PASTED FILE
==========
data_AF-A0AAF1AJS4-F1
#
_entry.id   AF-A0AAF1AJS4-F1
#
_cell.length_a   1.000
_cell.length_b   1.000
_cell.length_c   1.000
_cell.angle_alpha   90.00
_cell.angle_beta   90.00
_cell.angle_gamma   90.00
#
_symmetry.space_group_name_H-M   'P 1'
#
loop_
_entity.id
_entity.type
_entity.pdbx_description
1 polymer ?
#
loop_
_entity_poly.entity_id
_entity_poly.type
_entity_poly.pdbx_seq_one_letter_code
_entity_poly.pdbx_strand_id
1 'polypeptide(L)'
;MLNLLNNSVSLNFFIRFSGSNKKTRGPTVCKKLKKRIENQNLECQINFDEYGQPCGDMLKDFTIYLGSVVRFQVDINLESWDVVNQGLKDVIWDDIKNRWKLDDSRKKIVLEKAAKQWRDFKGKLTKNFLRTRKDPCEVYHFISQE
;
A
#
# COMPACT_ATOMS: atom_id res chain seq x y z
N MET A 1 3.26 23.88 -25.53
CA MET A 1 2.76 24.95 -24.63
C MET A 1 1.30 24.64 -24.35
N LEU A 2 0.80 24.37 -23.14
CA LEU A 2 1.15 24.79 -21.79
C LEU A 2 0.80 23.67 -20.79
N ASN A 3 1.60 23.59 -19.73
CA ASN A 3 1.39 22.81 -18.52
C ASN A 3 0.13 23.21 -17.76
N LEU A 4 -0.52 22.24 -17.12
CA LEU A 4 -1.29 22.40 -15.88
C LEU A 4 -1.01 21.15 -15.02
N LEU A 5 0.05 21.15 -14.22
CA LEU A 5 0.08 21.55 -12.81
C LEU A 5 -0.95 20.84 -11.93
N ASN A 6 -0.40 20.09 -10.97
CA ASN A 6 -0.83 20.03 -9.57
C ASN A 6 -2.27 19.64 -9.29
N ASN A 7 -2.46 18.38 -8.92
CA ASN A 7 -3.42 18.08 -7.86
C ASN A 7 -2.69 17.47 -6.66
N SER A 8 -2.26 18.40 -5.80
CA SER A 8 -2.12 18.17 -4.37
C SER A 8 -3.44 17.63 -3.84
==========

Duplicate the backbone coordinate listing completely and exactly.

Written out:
data_AF-A0AAF1AJS4-F1
#
_entry.id   AF-A0AAF1AJS4-F1
#
_cell.length_a   1.000
_cell.length_b   1.000
_cell.length_c   1.000
_cell.angle_alpha   90.00
_cell.angle_beta   90.00
_cell.angle_gamma   90.00
#
_symmetry.space_group_name_H-M   'P 1'
#
loop_
_entity.id
_entity.type
_entity.pdbx_description
1 polymer ?
#
loop_
_entity_poly.entity_id
_entity_poly.type
_entity_poly.pdbx_seq_one_letter_code
_entity_poly.pdbx_strand_id
1 'polypeptide(L)'
;MLNLLNNSVSLNFFIRFSGSNKKTRGPTVCKKLKKRIENQNLECQINFDEYGQPCGDMLKDFTIYLGSVVRFQVDINLESWDVVNQGLKDVIWDDIKNRWKLDDSRKKIVLEKAAKQWRDFKGKLTKNFLRTRKDPCEVYHFISQE
;
A
#
# COMPACT_ATOMS: atom_id res chain seq x y z
N MET A 1 3.26 23.88 -25.53
CA MET A 1 2.76 24.95 -24.63
C MET A 1 1.30 24.64 -24.35
N LEU A 2 0.80 24.37 -23.14
CA LEU A 2 1.15 24.79 -21.79
C LEU A 2 0.80 23.67 -20.79
N ASN A 3 1.60 23.59 -19.73
CA ASN A 3 1.39 22.81 -18.52
C ASN A 3 0.13 23.21 -17.76
N LEU A 4 -0.52 22.24 -17.12
CA LEU A 4 -1.29 22.40 -15.88
C LEU A 4 -1.01 21.15 -15.02
N LEU A 5 0.05 21.15 -14.22
CA LEU A 5 0.08 21.55 -12.81
C LEU A 5 -0.95 20.84 -11.93
N ASN A 6 -0.40 20.09 -10.97
CA ASN A 6 -0.83 20.03 -9.57
C ASN A 6 -2.27 19.64 -9.29
N ASN A 7 -2.46 18.38 -8.92
CA ASN A 7 -3.42 18.08 -7.86
C ASN A 7 -2.69 17.47 -6.66
N SER A 8 -2.26 18.40 -5.80
CA SER A 8 -2.12 18.17 -4.37
C SER A 8 -3.44 17.63 -3.84